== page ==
WASHINGTON, DC—Today, in response to the U.S. Supreme Court recent decision in Dobbs v Jackson Women’s Health Organization, the U.S. Department of Health and Human Services’ Office for Civil Rights (OCR) released guidance for pharmacies that sets forth their obligations under federal civil rights laws, conflicting with some state laws, and raises concerns for our nation's pharmacies and pharmacists. The guidance also takes away a pharmacists’ professional judgment to make “determinations regarding the suitability of a prescribed medication for a patient; or advising patients about medications and how to take them.” The implications of the guidance have the potential to cause widespread unintended consequences beyond reproductive health care services.
Ilisa BG Bernstein, PharmD, JD, FAPhA, interim executive vice president and CEO responded, “While we understand the intent, without consultation with our nation’s pharmacists, OCR hastily issued this guidance which attacks and undermines the fundamental responsibilities and professional judgment of the pharmacist.” Bernstein continued, “It only adds more confusion to an already complicated legal and regulatory landscape post-Dobbs that pharmacists must navigate every day to help our patients.”
The OCR’s guidance lists potential examples when a pharmacist’s refusal to dispense a drug to a patient “may be” a violation of federal law; for example, discrimination against pregnant people on the basis of their pregnancy or related conditions as a form of sex discrimination or for a condition on the basis of disability.
It is unclear if this guidance preempts state law. Bernstein commented, “When dispensing medications, according to this guidance, pharmacists in certain states may be in legal jeopardy and forced to question whether they will face conflicting state or federal penalties when providing care to their patients. It puts them between a rock and a hard place.”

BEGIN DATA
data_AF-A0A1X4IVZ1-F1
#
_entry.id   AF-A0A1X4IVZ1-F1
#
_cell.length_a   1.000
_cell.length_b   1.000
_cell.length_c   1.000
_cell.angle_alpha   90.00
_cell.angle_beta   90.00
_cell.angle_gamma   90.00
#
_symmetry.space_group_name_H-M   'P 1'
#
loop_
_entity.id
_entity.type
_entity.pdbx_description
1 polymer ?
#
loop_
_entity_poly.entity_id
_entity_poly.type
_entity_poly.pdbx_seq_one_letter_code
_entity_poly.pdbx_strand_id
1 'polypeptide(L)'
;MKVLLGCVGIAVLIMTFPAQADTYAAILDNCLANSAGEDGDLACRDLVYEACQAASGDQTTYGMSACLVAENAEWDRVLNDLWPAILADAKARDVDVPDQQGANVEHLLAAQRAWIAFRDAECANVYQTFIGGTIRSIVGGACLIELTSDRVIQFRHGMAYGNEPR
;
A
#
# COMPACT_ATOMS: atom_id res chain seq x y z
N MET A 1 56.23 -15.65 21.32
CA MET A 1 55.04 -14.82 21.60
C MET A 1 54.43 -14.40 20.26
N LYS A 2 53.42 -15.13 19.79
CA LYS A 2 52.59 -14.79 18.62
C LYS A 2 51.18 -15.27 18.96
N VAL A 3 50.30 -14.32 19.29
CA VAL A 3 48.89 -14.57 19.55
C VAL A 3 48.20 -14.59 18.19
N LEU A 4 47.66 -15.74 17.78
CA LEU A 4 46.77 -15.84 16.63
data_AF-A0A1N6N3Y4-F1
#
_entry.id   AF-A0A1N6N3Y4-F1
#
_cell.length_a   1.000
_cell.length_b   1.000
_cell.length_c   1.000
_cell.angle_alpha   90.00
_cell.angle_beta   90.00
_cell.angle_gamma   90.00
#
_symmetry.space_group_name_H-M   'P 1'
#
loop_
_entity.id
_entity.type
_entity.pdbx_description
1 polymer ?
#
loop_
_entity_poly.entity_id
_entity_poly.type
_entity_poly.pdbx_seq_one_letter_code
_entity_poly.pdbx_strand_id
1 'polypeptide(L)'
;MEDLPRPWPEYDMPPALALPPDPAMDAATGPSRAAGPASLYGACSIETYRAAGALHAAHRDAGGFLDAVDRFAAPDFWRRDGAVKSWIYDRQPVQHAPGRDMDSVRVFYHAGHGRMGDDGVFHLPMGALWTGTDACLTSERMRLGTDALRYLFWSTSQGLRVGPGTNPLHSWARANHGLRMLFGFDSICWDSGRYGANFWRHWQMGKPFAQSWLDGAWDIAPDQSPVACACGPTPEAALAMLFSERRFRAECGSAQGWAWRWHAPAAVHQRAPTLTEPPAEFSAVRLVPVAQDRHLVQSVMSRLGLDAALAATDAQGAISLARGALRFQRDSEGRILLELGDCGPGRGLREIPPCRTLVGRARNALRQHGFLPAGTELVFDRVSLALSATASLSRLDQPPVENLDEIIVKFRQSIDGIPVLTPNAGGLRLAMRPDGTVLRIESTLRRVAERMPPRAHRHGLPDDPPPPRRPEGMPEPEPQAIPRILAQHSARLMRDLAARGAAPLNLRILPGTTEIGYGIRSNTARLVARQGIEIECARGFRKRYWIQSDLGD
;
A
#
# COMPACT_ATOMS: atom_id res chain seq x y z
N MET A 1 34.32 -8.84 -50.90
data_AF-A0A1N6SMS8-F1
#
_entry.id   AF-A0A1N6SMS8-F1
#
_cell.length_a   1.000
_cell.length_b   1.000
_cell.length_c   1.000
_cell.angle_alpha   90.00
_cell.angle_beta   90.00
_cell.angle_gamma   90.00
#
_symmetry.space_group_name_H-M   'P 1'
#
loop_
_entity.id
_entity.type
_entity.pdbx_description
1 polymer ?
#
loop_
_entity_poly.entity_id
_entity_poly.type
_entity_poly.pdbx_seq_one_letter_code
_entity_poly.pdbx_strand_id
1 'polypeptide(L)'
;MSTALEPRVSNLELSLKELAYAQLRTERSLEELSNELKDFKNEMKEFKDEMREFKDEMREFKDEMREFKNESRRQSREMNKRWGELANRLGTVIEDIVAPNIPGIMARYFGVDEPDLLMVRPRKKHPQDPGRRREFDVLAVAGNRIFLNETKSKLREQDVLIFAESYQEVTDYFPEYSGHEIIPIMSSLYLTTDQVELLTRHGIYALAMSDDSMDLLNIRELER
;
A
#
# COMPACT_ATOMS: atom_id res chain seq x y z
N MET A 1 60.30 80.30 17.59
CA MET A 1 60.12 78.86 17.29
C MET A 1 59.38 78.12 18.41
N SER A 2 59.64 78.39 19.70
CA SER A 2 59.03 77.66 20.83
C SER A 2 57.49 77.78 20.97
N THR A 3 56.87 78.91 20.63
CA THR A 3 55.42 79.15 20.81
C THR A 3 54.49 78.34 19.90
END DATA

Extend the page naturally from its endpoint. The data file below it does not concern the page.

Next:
APhA will continue to review the guidelines and their impact on pharmacists’ provision of patient care.
Under the Code of Ethics for Pharmacists:
- “A pharmacist respects the covenant relationship between the patient and pharmacist. Considering the patient-pharmacist relationship as a covenant means that a pharmacist has moral obligations in response to the gift of trust received from society. In return for this gift, a pharmacist promises to help individuals achieve optimum benefit from their medications, to be committed to their welfare, and to maintain their trust.”
- “A pharmacist serves individual, community, and societal needs. The primary obligation of a pharmacist is to individual patients. However, the obligations of a pharmacist may at times extend beyond the individual to the community and society. In these situations, the pharmacist recognizes the responsibilities that accompany these obligations and acts accordingly.”
Under policy APhA passed during its 2022 House of Delegates, APhA affirms the vital role of the pharmacist's professional judgment in ensuring safe and effective use of medications. “APhA asserts that a pharmacist's independent medication review and use of professional judgment in the medication distribution process is essential to patient safety.”